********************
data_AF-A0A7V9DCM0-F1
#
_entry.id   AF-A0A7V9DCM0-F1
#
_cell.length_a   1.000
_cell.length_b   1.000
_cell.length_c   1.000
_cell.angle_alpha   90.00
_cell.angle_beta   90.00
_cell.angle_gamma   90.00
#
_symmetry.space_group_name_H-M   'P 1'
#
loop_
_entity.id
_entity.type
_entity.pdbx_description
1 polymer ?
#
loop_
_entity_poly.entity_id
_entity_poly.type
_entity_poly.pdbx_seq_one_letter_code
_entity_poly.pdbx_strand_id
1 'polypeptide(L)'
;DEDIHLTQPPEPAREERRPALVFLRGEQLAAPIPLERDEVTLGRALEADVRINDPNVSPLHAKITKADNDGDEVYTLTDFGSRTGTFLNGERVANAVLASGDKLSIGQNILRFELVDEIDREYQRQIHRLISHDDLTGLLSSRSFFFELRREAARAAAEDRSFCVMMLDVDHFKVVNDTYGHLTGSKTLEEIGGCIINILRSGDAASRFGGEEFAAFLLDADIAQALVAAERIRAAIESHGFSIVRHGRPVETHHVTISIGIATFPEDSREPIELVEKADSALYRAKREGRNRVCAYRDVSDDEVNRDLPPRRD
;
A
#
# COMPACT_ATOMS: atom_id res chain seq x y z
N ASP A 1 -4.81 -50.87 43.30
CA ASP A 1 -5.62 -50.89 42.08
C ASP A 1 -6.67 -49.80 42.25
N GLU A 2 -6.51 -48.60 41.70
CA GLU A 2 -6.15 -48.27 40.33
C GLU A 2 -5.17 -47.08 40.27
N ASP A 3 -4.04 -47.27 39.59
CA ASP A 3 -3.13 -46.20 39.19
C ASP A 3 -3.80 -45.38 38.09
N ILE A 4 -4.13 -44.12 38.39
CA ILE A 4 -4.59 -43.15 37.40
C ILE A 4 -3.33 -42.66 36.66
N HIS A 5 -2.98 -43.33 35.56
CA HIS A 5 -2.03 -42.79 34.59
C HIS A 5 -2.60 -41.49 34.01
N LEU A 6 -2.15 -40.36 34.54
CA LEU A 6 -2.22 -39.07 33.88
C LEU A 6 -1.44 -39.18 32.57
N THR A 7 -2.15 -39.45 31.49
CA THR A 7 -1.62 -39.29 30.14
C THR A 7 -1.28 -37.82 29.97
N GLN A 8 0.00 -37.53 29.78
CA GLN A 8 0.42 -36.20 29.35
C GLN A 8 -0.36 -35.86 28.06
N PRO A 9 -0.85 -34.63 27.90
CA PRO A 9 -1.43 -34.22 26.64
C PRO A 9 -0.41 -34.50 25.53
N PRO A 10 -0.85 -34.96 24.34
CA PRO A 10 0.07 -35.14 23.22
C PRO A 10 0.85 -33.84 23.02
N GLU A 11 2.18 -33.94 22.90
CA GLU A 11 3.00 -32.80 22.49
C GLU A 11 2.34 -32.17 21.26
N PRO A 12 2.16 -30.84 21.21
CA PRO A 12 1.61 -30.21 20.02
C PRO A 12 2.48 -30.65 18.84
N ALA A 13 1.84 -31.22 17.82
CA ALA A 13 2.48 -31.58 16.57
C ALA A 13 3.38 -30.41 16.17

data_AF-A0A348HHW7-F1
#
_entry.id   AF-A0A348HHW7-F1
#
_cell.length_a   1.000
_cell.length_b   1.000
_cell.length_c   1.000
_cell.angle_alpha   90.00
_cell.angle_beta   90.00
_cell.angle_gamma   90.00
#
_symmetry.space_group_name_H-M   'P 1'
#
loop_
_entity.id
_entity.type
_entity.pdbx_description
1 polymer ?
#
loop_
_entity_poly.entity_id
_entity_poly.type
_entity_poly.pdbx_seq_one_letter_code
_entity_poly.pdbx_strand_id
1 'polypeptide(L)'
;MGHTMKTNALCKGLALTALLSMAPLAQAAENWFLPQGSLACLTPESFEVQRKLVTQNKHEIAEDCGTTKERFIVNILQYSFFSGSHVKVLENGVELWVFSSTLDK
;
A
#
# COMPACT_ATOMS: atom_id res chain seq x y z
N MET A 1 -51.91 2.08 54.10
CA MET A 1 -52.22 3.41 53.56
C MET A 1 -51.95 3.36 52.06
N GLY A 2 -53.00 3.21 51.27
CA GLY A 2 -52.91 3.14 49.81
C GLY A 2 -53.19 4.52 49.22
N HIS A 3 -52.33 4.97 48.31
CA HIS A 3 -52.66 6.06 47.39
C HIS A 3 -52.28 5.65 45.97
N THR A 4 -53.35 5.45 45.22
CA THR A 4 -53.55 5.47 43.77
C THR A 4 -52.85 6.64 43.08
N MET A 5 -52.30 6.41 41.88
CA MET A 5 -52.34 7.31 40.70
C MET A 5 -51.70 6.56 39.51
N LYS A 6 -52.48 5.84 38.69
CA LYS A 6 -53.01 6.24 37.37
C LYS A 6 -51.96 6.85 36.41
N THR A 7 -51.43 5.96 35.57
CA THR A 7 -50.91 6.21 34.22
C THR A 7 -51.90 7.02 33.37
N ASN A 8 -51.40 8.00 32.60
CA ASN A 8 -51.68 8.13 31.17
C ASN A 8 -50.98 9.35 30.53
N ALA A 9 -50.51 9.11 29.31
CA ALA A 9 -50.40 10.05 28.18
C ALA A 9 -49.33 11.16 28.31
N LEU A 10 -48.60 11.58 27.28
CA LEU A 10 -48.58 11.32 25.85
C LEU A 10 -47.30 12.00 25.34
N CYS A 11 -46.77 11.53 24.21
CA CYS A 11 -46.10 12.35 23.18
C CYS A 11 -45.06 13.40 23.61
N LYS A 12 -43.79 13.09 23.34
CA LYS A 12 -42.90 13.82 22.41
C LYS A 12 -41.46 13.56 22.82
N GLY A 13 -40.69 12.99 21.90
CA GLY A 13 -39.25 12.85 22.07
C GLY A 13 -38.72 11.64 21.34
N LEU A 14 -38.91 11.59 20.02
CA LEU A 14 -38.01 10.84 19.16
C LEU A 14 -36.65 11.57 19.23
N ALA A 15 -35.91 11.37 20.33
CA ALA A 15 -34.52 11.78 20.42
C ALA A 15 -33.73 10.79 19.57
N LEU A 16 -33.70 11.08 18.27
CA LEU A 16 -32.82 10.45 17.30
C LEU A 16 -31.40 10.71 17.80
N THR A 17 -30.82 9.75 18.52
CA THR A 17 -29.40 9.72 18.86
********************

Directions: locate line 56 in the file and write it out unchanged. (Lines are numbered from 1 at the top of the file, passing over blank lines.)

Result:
CA PRO A 9 -1.43 -34.22 26.64